Saturday, February 13, 2010

Hong Kong: Sham Shui Po - Post One

So I had probably 80+ amazing pictures of Sham Shui Po, a district in Kowloon known for having some of the cheapest electronics in the world, an extensive jade market and an extremely impressive array of food markets and restaurants. Unfortunately the SD card that came with my Canon decided that it had witnessed some of the most impressive looking sea food and open air markets that it ever would and that it had nothing else to live for. I fully intend to go back to Sham Shui Po for a third time but this time I should manage to have something substantial to share. Until then I do have the food we ate in Sham Shui Po the second time we went:

Street-side Skewer Restaurant in Sham Shui Po
Somehow this meat skewer stand stood out to us amidst the countless food stands and markets in Sham Shui Po. I would wager that it had something to do with the fact that we could smell the meat over the stinky tofu which makes certain parts of the district smell exactly like an open sewer. I haven't actually tried stinky tofu yet but I intend to try it while in Hong Kong so that I will be able to compare it with the Taiwanese variation.

Street Skewers, Squid and Cuttlefish
After selecting the skewers, the merchant dropped them into a deep-fryer for 40 seconds or so before marinating and serving them to us. The squid was my personal favorite of the four, having the best texture and most flavor. The increased surface area and lack of girth seemed to hold the marinade better than the cuttlefish after responding to the deep-fry better as well.

Street Skewers: Pork Intestine and Bacon-Wrapped Hot Dog
These skewers were a bit decadent, the raw-foodist in me is just strong enough to make it such that I don't usually jump for bacon-wrapped anything but So-Han was not similarly disinclined. The intestine was more delicious and again I believe this was due mostly to the shape of the skewer, compare how dark the intestine is here versus in the first picture and you can see just how significantly frying and marinating changed the nature of the skewer.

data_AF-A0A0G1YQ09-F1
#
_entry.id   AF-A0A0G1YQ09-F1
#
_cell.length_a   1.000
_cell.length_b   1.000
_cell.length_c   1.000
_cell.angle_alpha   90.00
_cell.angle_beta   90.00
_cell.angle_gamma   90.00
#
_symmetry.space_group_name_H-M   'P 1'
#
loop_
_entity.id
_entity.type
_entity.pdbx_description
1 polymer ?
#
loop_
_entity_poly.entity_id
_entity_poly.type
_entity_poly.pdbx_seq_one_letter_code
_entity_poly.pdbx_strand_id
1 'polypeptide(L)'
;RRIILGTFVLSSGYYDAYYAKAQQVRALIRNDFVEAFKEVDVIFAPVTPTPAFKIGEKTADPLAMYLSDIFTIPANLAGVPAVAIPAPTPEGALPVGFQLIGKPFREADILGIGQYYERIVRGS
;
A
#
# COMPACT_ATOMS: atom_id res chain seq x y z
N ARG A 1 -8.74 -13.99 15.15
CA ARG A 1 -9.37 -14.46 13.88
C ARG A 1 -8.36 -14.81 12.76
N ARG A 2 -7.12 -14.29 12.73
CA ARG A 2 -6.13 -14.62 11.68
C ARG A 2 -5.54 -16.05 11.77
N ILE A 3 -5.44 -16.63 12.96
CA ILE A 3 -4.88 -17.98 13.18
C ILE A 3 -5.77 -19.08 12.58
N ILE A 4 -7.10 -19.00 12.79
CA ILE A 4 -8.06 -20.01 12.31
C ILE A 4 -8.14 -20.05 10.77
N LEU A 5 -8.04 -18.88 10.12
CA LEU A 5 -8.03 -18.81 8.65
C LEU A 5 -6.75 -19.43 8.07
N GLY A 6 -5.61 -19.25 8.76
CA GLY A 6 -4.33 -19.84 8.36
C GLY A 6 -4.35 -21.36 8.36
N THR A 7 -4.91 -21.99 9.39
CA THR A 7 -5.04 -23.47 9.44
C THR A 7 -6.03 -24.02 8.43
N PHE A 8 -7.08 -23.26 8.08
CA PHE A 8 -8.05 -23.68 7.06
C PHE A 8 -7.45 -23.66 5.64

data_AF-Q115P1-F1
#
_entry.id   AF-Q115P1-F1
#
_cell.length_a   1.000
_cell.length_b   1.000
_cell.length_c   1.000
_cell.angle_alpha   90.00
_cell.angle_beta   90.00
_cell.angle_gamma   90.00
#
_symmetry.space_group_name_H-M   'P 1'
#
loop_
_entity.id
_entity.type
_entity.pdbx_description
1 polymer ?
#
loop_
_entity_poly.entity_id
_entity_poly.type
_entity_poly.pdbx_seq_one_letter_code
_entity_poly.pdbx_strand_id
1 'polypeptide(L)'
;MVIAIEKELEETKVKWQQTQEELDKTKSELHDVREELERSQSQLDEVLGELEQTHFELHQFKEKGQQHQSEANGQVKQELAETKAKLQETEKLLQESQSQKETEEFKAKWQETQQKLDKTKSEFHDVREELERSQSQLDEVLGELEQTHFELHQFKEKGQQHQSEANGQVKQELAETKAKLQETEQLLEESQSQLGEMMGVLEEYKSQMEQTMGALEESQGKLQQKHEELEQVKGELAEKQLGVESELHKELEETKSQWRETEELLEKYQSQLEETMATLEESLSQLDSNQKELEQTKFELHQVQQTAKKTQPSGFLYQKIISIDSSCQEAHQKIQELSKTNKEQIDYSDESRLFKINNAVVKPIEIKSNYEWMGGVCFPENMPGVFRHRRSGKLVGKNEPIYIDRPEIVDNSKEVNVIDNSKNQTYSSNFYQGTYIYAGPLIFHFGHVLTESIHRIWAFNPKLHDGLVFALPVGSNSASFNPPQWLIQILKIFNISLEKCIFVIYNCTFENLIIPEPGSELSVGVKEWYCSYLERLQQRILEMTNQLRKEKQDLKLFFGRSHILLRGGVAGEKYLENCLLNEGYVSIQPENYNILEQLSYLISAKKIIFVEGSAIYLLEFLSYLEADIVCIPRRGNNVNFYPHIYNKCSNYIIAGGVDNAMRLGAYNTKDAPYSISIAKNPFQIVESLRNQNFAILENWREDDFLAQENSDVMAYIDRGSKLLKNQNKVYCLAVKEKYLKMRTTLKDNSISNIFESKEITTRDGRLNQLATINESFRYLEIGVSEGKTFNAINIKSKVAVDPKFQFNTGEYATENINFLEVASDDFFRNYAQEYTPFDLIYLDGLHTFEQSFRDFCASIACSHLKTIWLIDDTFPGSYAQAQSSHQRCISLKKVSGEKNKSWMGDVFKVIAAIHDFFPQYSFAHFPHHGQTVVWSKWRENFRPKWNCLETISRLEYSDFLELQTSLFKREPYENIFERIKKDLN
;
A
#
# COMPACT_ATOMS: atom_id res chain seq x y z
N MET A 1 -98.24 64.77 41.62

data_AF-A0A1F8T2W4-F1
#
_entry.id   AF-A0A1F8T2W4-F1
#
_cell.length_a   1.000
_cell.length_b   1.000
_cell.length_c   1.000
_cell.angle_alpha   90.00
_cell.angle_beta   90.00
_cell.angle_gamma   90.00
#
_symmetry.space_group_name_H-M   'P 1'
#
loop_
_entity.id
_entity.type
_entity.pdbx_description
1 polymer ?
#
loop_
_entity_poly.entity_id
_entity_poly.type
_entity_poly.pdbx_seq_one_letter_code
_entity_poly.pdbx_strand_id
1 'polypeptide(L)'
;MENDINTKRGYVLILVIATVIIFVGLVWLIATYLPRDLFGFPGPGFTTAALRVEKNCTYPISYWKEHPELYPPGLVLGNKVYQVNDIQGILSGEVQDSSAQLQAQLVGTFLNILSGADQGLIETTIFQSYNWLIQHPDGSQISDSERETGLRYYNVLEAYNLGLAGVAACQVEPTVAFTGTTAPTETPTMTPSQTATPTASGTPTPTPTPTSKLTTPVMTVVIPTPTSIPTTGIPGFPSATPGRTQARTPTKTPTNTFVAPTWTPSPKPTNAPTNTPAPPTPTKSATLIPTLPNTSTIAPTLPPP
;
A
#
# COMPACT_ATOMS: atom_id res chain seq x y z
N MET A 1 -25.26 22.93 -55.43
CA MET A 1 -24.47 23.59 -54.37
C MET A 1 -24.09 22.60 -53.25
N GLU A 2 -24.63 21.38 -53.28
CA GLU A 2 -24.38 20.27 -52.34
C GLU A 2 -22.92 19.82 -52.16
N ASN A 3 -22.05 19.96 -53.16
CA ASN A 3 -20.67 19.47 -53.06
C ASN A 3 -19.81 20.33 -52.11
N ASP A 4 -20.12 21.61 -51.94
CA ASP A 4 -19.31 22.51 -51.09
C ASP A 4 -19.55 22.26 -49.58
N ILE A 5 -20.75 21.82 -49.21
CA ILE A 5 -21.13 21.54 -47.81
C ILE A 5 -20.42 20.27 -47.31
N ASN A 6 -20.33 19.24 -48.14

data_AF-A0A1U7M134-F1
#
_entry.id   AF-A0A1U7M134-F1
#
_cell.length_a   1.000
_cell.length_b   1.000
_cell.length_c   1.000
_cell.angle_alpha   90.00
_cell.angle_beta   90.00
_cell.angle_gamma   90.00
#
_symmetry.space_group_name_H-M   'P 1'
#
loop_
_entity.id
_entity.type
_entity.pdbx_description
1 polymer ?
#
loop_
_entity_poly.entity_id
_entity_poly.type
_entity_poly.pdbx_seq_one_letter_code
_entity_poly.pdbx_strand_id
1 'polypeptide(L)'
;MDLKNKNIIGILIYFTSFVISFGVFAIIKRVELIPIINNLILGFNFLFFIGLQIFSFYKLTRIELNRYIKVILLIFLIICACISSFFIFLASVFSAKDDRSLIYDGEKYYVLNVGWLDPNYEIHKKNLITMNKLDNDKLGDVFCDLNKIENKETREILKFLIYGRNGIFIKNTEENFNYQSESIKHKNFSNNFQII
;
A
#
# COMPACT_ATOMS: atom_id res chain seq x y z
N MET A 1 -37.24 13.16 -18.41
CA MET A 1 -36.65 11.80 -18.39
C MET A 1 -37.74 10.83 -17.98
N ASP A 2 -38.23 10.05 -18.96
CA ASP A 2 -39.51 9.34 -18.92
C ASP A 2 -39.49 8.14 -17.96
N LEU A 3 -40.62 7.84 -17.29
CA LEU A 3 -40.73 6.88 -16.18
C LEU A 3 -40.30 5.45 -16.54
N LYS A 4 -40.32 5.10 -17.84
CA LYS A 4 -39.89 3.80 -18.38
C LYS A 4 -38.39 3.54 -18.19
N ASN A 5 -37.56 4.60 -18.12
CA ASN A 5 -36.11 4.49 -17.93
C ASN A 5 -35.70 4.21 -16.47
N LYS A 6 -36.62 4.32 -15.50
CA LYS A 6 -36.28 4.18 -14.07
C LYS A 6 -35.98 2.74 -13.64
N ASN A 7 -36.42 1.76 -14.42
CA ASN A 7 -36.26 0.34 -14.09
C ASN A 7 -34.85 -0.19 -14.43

After eating the skewers we wandered around the market, So-Han purchased an amazing tea-pot from a Jade vendor... but really the agent in that transaction was the tea pot which somehow made itself known to So-Han despite being in a bundle amidst a ton of really cool antiques and tea-pots while we were walking past intent on finding food neither of us being particularly interested in looking for tea-pots in Hong Kong as we are each going to regions where tea and tea-ware are actually produced. We ended up finding a restaurant with communal tables and no english signage and sat down to have the following:

Slippery Egg Shrimp Stir-Fried Rice Noodles
This is a dish that is more commonly seen with rice as opposed to rice noodles. We try to order a dish with hor fun noodles such as these in the restaurants we go to because they are perhaps the best medium to convey wok hei. These noodles and the other noodle dish which got eaten by the death of my SD card were some of the most delicious rice noodles I have ever eaten and had an amazing wok hei. The wok hei was so strong that it tasted almost like a subtle burn but this functioned in the same way that charring meat or sugar can bring out new and amazing tastes and textures.

Ginger Scallion Pork Rib Clay Pot
This dish was extremely rich in flavor and the ribs were so tender that they literally fell right off of the bone. One can see the chunks of ginger and cloves of garlic in this dish that were so instrumental in imparting an intensity of flavor to the pork which I rarely see. The clay pot was instrumental in both the intensity of flavor and tenderness of meat. I love clay pots. You can still see the steam rising out of the clay pot if you enlarge this picture.

Other sights of Sham Shui Po taken after the death of my SD Card:

Veggie Stand just North of Sham Shui Po
Hong Kong Man on Bicycle
Corner Apartment on a block near Sham Shui Po
Development Near Sham Shui Po

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